Pilot Hill Take 2

The Pilot Hill 25K Classic in Laramie, WY was the first race I ran after moving to Colorado (What have I gotten myself into?). I missed it last year due to injury and the Quad Rock rescheduling, but I decided to give it another go this year on June 11. I felt like I had roughly the same fitness as I did in 2014, but I felt like I could run uphill faster… which is helpful considering this race has a 6.5 mile long climb.


My friends Nick “Professional Fell Runner” Clark and Stephen “Steve” Pretak took the lead, with another guy on their heels, followed by “Cookie” Mike Neal and Rob “Sexy Hermit” Ragfield. I pulled away from Cookie Mike on the climb (thinking he’d probably catch me on the descent), while the 3rd place guy fell back a bit. I caught up and passed #3, but he hung close enough that we reached the 9000 foot Pilot Hill summit at roughly the same time. While he stopped for a drink of water I drank from the bottle I carried with me. This gave me a good gap on him, but not enough of a lead to be comfortable.



I hammered the descent. When the course straightened out a bit I could see Pretak (#2) off in the distance. He wasn’t really gaining on me, but I wasn’t really gaining on him either. I never looked back to see whether #4 or Cookie Mike were catching me (looking back is a sign of weakness to the people chasing you). Fortunately, I had run fast enough to hold them both off.

I finished 3rd place in a time of 1:53:08. This was technically a slower time than my first Pilot Hill, but a small change to the course added about ½ mile, so I did run a bit faster. This was the first podium finish I’ve had in a race in the Mountain Time Zone. The first six finishers were all from Fort Collins, though I didn’t know the eventual fourth place guy.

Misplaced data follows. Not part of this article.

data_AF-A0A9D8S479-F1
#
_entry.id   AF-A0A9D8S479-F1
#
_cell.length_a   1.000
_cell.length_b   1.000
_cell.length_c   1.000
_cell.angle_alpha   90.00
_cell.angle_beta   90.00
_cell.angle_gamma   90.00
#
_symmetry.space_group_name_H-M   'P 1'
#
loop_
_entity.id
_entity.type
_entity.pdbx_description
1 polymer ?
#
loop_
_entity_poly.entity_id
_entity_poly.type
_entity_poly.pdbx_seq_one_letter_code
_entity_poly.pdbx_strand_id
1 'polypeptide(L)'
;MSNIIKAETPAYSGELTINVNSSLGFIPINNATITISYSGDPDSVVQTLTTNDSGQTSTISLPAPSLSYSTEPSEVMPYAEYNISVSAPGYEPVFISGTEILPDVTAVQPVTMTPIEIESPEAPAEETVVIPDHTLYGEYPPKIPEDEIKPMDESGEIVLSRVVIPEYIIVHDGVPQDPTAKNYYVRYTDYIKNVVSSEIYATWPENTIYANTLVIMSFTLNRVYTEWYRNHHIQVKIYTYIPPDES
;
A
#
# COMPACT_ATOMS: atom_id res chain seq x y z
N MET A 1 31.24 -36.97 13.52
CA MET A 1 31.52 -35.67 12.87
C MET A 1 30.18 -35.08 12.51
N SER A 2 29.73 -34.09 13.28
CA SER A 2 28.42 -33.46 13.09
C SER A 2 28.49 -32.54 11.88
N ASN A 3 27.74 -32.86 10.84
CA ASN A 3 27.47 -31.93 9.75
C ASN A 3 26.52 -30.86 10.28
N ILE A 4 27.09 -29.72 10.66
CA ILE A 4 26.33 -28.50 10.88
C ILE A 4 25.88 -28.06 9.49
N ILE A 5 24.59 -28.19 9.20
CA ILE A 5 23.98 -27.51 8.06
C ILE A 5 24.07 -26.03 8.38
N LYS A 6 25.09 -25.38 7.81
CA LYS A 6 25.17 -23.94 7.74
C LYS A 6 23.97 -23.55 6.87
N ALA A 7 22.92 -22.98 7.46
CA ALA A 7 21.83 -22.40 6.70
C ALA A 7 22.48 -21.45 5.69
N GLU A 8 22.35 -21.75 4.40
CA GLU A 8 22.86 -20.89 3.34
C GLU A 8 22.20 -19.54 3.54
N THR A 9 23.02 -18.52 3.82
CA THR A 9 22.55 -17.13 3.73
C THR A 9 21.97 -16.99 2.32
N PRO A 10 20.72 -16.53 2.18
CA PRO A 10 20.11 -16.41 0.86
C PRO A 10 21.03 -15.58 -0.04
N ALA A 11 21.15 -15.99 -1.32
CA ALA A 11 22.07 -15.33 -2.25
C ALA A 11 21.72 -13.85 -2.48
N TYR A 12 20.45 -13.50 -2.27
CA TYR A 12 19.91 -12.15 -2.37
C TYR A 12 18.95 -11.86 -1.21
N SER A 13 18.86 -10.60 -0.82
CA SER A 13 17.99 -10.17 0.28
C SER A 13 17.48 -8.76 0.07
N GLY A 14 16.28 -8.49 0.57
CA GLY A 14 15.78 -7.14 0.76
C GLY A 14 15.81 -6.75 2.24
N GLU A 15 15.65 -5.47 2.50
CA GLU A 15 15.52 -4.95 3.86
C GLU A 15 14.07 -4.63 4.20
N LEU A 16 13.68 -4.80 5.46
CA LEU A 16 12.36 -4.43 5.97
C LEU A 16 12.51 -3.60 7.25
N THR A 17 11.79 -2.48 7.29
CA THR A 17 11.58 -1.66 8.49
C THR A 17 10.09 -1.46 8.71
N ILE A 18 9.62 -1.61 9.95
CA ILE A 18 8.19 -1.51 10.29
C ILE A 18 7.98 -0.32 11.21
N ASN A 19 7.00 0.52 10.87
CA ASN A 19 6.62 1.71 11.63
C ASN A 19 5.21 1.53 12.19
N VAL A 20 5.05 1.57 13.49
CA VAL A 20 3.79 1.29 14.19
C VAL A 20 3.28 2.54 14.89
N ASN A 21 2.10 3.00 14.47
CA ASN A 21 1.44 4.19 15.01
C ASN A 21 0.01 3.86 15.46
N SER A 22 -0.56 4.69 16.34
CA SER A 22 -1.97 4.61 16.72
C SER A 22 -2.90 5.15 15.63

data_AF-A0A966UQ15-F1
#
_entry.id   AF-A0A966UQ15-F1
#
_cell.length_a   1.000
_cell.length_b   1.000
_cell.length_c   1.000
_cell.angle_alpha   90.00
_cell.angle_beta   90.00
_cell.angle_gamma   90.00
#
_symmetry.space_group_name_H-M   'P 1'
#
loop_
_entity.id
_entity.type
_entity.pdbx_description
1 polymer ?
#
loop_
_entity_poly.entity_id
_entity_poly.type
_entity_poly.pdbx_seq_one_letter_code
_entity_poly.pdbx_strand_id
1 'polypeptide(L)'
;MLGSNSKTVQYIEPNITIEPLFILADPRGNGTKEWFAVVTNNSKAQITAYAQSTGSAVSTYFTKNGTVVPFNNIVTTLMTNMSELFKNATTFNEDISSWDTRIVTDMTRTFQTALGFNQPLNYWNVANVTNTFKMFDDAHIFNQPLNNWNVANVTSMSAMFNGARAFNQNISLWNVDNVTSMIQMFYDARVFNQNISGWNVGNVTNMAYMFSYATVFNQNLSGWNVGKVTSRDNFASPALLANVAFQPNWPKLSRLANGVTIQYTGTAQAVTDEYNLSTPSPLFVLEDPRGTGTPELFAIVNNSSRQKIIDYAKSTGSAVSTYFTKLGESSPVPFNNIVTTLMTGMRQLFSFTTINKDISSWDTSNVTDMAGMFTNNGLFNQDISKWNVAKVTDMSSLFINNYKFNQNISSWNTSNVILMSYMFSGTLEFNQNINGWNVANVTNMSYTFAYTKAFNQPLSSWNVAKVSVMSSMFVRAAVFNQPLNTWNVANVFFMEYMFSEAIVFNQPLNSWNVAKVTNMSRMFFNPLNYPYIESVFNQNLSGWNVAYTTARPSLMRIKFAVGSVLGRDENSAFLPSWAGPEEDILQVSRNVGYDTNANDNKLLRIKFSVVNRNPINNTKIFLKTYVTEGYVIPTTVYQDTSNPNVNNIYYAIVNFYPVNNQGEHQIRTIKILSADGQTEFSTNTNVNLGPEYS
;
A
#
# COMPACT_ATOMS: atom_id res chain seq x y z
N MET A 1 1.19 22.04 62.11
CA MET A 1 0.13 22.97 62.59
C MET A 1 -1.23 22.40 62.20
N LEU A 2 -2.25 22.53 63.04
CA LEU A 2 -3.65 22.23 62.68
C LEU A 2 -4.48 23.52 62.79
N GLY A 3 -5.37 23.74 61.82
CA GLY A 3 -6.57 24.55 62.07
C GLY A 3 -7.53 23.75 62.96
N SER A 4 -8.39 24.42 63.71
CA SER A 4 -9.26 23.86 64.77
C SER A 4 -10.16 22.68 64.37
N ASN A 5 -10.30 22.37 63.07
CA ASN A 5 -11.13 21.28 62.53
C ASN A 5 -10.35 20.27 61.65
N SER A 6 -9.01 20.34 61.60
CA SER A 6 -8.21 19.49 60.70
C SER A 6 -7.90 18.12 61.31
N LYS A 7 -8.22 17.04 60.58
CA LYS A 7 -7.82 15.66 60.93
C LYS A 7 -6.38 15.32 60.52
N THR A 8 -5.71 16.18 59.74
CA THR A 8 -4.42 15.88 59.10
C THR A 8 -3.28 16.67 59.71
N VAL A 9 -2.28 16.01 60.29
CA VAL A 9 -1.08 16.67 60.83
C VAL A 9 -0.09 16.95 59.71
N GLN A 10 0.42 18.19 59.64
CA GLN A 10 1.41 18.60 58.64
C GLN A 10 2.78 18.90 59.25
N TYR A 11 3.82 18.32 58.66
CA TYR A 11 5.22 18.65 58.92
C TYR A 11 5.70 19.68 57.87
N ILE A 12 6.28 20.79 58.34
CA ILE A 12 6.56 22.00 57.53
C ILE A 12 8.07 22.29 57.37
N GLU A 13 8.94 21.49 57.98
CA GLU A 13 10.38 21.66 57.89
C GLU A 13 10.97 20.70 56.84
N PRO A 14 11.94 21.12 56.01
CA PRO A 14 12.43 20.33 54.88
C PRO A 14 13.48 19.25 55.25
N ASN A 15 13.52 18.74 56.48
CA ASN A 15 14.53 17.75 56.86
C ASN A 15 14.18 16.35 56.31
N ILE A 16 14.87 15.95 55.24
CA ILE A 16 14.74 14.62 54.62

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This was the second week we had our new RV and now the second race we’d taken it to. After the race we took the long way home by way of the Medicine Bow mountains and camped on Saturday night at one of our favorite places: State Forest State Park.

Quads Rocked

For the second year in a row the Quad Rock 50 mile race (back on May 14) was the race I focused on for the entire first half of the year. And for the second year in a row the race didn’t go quite as I’d hoped.

My training was good (not great, but good). On the Tuesday before the race on Saturday I had a sharp pain in my knee that cut my run short. I hoped it would go away quickly, but it did not. By Thursday I was worried. I even tried to run on Friday (I never run the day before a big race) and I only made it a mile before the pain set in. Now in full-on panic mode, I shaved my legs, kineseo-taped the hell out of my knee, and dropped from the 50 mile race to the 25 mile race. If I was going to run through agonizing pain I’d rather do it for 4 hours than 9-10.

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Photo by Melissa?

When the race started the next day I felt no pain. And not just for the first couple of miles as I expected, but for the entire 25. No pain. None. Of course, had I known that would have happened I would have run the 50… but I had no reason to expect that would happen.

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Photo by Erin Bibeau Photography

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Photo by Melissa

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Photo by Ryan Quinnelly

Only racing half the distance I was expecting means I felt compelled to run much faster. The three long climbs up the mountain were slow, but the rolling sections and the long descents I really pushed the pace. I lost track of how many times I thought to myself I’m going way too fast, I’ll never be able to hold this pace. For the most part I did, except for the climbs. The second climb went slower than the first, and the third climb was really slow. That’s me: good for 1½ climbs.

My local rival Cookie Mike passed my on the last descent to finish just ahead of me. I finished in 3:56:46, good for 12th place. I was hoping to break 4 hours.

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Photo by Melissa

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Photo by AJ Cohen

Recovery was fast and the mysterious race week knee pain never came back.